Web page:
Not many are into the r/c vehicle game as deeply as me, but years ago I found that by shelling out the money for a proper crimping tool and sets of crimp-on connectors specifically designed for the type-J connectors (favored by all modern makers of r/c equipment) a great deal of time, and space within the tight confines of a WTC could be saved by making up my own leads and/or shortening existing ones.

        Here I'm demonstrating how the process works. A big advantage to the type-J connector is that the crimped in place pins can be removed from the plastic body easily -- without damage, to permit running of the (typically three) lead wires through the tight confines of a conduit -- and re-assembling once on the side of the conduit.

        Note how I've secured the KME mission-switch atop the RenShape foundation with two loops of sail-twin. Sometimes the old stuff is the best stuff.

        That green painted Iron doughnut is an inductive spike smoother-outer. Overkill for this job and the damned thing took up too much real-estate -- had to go! I get an unwanted DC pulsing from the battery eliminator circuit by doing that, but today's receives are smart enough to filter that minor fluctuation out at the front end and process the pulse-train just fine.



        The KME magnetic switch will eventually be mounted atop that brown, RenShape plastic foundation glued to the forward end of the device tray. This places the sensor close to the top of the WTC's cylinder so that there will be a short distance between it and the activating/deactivating magnet that will be swept by the WTC to turn things on and off. That foundation is also a strain-relief block for the cables that run to the battery-system Deans connector.

        I've already run the LPB and motor power wires through the WTC's conduit. And everything has been wired up and connected except for the three servo leads.



        Before cramming the three servo leads into the already tight conduit I did a complete systems test. I've just turned the system on with a magnet and will fiddle all the sticks and knob to make sure everything works as advertised. Note that I have yet to mount the mission-switch or remove the BEC's choke doughnut. This initial systems test a preliminary -- you don't want to get too far ahead of your skies: if there is going to be an issue make that issue apparent because of one or two steps taken since the last test, not a whole series of operations since the last test. Make trouble-shooting a whole lot easier if you can keep the number of suspects to a minimum during fault identification. In the Navy we called it, 'Easter egging'.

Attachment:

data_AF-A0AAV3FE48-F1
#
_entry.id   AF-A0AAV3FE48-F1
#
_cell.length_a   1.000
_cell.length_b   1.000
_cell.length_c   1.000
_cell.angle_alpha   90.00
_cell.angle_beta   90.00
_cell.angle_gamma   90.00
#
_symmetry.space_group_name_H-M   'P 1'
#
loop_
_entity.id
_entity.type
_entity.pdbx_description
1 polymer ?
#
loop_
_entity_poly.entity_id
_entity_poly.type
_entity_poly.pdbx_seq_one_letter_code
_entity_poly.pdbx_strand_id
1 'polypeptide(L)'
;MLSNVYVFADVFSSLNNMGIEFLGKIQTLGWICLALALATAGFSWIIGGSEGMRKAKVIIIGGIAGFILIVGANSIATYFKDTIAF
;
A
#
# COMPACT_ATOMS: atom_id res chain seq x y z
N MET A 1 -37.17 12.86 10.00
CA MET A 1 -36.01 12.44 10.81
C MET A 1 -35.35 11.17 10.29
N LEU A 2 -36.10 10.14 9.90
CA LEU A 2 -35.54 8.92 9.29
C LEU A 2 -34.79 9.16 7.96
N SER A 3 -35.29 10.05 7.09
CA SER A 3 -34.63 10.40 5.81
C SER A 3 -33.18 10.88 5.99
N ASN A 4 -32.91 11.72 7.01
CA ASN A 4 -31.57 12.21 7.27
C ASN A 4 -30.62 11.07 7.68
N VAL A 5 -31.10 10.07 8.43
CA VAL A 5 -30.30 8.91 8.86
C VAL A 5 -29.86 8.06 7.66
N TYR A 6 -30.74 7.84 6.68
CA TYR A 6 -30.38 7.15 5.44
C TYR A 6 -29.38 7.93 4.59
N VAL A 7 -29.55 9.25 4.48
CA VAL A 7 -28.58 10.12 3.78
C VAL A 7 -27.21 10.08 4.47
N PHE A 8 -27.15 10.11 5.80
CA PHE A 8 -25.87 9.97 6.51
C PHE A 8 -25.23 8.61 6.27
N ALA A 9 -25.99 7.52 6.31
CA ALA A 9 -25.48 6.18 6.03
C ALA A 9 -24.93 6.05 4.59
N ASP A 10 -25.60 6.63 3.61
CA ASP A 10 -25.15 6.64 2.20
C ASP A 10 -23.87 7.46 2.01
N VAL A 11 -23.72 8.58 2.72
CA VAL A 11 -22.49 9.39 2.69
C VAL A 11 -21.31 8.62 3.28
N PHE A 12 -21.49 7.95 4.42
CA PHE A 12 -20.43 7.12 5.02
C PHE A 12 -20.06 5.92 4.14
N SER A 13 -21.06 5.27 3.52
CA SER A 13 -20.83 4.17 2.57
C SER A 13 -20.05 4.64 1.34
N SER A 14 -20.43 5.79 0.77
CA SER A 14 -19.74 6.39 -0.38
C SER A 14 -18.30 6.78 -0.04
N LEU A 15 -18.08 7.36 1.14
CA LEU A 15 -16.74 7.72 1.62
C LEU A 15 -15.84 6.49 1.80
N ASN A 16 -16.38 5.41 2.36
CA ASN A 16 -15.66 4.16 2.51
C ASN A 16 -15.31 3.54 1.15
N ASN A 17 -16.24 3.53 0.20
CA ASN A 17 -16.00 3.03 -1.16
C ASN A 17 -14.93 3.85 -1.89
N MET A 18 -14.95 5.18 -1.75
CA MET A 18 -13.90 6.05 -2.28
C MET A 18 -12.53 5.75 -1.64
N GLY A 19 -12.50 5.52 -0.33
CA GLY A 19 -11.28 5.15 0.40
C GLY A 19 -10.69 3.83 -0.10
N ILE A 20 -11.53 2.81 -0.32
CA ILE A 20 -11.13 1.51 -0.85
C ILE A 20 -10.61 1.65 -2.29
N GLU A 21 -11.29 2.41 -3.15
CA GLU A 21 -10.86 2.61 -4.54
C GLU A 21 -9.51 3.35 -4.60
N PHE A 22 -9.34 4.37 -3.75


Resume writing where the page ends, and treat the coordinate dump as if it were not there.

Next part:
https://imagizer.imageshack.com/v2/800x600q90/923/zJK50h.jpg[/IMG]

        AND THAT, SPORTS FANS, IS WHERE EVERTHING WENT SOUTH!!!!

        I mounted the tray into the forward dry space, and started to route the servo wires through the conduit. NO GO! Those fat splice points along the length of the leads would jam within the conduit. And that's what made me chop these leads off close to the servos and graft on three lengths of virgin lead from my stash of three-wire lead. That took an evening, but I was then able to fit the three leads into the conduit!

        A final dry run-up of the installed and buttoned up system and... amazingly... it all worked. Hell yeah! Suck it, Murphy!



        First practical test, an important one, is to check for leaks. At either end is mounted a tire-valve (Schrader-valve) on a bulkhead.

        When you push home the last of the two end bulkheads, it creates a slight over-pressure within the cylinder. That over-pressure is dumped by depressing the Schrader-valve stem momentarily to get the interior of the WTC equal to that of atmospheric pressure.

        To leak-test the WTC I remove the core-valve from the valve body and press-fit a length of flexible hose. Submerging the WTC underwater and blowing on the hose (while doing so, firmly holding the two outboard bulkheads on tight so they don't pop off) will cause any leakage points to bubble and reveal the exact point of leaking. In this case, the WTC passed this test the first time. The hose removed and the core of the Schrader-valve re-installed (only an idiot would forget to put the core back in before the next in-water test... guess who!).

        Resident Luddite

        Comment


        • "only an idiot would forget to put the core back in before the next in-water test" I fall into that category......been there, done that - earned the badge. The unfortunate part is I seem to find new ways to mess up!
          If you can cut, drill, saw, hit things and swear a lot, you're well on the way to building a working model sub.

          Comment